How to Stop Inflammation in the Body Naturally

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Inflammation is the immune system’s response to injury (cuts, scrapes, sprains, etc.) or “invaders” such as pathogenic organisms (viruses, bacteria, etc.) and irritants (allergens like pollen and dander). It is part of our body’s natural defense mechanism and healing process.

These days, we hear a lot about inflammation as it is associated with the development of many different diseases. But while inflammation has gotten a bad rap, it’s important to understand that it’s not always bad for us.

Controlled and temporary (acute) inflammation is a necessary part of survival. However, uncontrolled and chronic inflammation can lead to unnecessary tissue destruction as well as a long list of serious diseases, including heart disease, diabetes, kidney and liver problems, and even cancer.

Here’s more of what you need to know about both forms of inflammation.

Acute Inflammation

Acute inflammation is often associated with five cardinal signs:

  • Redness, due to increased blood flow to the area;
  • Heat, which is also related to increased blood flow;
  • Swelling, which occurs as fluid builds up in the area;
  • Pain, which is a result of chemicals released to the injury site to stimulate nerve endings;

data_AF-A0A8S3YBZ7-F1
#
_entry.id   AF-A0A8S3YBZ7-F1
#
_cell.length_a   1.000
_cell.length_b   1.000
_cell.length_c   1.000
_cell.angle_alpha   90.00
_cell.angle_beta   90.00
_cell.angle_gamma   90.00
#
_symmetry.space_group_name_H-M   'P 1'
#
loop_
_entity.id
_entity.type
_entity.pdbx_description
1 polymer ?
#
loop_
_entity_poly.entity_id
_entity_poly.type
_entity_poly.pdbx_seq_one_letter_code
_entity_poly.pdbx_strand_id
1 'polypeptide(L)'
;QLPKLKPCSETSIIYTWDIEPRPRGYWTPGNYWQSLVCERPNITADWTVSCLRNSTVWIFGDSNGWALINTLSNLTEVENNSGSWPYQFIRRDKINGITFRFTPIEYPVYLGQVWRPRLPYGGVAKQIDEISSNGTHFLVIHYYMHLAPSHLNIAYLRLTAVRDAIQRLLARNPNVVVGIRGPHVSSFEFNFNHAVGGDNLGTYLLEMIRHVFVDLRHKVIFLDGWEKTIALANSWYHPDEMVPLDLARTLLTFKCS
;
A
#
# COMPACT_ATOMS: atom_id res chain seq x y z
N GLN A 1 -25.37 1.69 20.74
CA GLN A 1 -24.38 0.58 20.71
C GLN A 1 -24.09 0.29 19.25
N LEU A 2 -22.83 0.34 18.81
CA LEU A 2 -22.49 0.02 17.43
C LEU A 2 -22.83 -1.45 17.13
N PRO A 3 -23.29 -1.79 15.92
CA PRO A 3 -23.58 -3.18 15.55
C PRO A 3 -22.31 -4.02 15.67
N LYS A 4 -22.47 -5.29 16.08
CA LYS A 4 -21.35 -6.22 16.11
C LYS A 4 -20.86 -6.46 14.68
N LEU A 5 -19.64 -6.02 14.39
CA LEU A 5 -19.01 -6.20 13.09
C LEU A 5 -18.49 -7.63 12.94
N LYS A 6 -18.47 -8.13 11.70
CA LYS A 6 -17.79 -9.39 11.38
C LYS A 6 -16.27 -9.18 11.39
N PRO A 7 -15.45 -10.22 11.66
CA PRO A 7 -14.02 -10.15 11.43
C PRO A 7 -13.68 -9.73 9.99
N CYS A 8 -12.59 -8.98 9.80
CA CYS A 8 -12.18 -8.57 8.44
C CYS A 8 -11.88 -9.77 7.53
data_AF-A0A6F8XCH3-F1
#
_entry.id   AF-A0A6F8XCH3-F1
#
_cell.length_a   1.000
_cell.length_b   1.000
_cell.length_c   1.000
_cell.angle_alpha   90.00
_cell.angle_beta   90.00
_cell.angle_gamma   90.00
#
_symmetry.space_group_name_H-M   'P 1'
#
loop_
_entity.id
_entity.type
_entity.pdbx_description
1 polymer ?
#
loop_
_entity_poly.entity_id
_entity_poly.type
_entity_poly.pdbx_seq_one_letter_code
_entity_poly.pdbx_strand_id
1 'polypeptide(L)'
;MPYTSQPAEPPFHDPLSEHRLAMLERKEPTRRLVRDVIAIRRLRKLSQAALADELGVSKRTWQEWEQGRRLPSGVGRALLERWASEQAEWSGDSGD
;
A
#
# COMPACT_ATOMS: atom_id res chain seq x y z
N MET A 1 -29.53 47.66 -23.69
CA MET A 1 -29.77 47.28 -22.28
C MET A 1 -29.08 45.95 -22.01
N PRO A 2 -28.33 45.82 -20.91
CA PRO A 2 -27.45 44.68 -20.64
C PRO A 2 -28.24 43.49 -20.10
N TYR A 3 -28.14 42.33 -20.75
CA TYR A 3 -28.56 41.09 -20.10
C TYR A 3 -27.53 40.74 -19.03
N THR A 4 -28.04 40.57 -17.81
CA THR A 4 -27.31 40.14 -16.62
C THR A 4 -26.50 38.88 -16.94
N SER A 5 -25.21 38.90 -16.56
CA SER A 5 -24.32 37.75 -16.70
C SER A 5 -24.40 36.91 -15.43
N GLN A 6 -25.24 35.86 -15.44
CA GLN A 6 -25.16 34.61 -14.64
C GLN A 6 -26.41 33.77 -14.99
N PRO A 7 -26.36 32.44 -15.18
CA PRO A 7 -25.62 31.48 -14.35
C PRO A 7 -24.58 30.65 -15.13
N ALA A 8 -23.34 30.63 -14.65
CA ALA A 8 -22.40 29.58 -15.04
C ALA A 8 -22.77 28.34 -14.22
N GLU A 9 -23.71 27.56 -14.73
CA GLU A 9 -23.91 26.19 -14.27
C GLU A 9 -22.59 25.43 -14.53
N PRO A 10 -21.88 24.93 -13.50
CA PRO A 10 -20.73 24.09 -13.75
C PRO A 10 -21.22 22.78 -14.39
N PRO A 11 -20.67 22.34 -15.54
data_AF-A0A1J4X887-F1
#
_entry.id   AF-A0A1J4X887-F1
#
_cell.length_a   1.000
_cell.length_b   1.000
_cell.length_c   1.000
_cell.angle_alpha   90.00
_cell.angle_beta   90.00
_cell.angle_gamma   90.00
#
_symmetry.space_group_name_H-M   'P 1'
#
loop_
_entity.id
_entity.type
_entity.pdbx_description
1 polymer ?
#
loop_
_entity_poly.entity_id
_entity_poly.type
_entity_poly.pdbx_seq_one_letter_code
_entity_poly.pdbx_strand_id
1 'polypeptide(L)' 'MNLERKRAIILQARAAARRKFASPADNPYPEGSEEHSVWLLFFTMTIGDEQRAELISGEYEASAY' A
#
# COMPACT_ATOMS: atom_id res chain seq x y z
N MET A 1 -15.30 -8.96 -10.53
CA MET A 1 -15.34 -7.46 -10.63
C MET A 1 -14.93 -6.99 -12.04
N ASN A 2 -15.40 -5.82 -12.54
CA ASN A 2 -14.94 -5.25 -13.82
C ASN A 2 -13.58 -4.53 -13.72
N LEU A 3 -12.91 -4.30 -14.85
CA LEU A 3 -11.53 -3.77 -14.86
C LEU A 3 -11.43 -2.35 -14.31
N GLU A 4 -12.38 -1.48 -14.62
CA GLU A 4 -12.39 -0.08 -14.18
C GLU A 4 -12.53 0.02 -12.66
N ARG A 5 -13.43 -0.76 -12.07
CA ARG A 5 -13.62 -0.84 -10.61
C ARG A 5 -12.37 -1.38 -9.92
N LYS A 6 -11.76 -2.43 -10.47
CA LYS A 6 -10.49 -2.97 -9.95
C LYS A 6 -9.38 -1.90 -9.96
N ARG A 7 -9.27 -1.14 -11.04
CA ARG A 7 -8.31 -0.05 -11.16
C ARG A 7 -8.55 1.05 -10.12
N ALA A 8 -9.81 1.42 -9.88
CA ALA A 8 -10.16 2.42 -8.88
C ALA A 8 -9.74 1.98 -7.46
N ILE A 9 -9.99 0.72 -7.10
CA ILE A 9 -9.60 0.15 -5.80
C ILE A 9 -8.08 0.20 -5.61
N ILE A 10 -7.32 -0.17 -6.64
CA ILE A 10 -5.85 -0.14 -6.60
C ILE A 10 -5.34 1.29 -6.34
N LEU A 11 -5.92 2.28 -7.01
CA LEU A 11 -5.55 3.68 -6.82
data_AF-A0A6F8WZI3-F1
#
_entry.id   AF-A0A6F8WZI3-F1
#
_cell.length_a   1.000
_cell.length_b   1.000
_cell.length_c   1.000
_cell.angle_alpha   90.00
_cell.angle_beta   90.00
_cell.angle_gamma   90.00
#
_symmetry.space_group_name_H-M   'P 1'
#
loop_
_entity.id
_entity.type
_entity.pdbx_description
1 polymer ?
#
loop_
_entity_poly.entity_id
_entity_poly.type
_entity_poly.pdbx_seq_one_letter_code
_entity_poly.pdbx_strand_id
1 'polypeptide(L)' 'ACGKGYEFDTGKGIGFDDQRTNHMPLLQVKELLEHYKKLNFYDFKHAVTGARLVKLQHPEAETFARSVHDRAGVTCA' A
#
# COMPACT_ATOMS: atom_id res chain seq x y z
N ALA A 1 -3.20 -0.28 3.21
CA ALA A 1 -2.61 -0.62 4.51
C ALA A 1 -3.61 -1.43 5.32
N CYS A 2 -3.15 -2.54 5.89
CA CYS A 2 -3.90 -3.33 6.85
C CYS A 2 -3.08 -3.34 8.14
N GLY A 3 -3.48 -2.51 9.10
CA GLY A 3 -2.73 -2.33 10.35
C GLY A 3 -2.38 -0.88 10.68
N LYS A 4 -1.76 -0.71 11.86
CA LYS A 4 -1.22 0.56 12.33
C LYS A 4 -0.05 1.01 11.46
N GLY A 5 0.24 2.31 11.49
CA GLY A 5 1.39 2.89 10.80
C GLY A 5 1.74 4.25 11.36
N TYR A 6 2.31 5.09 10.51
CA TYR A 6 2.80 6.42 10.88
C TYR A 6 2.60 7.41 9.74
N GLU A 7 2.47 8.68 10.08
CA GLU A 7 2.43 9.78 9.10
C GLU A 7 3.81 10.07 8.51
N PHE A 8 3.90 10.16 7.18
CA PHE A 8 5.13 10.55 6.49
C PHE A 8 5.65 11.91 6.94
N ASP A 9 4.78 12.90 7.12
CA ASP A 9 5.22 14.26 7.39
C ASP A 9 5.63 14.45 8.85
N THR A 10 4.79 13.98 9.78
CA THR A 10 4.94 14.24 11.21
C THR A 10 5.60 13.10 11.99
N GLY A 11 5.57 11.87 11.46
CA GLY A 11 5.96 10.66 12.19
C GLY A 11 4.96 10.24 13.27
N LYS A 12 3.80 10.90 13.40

• Loss of function in the area due to the above events.

Sometimes all of these signs aren’t present and the inflammation will be “silent,” and you just feel tired, achy, sick, and maybe experience a fever.

Acute inflammation typically lasts only a few days to possibly a week or so. Once the underlying problem is resolved, the inflammation goes away and things go back to normal.

Best Natural Supplements for Acute Inflammation

There are things you can do to speed up healing so that the inflammation can dissipate more quickly. Keep in mind, since acute inflammation is part of the healing process, the goal isn’t really to stop it, but rather speed it up to help shorten the period of inflammation.

Elevating the affected area and applying ice can prevent further swelling and pressure, which can often decrease pain. Increasing your water consumption can also speed up the healing process.

Numerous herbs can help fight inflammation, too. Some of these include:

  • Capsaicin
  • Turmeric/curcumin
  • Devil’s claw
  • Ginger
  • Willow bark extract or tea
  • Feverfew
  • Propolis
  • Cinnamon
  • Cloves
  • Oregano
  • Nutmeg
  • Cannabis or hemp extracts (CBD)
  • Celery seed powder extract or tea

Other natural anti-inflammatories include:

  • Essential oils of eucalyptus, peppermint, rosemary, and lavender
  • Bromelain—the enzyme extracted from the pineapple plant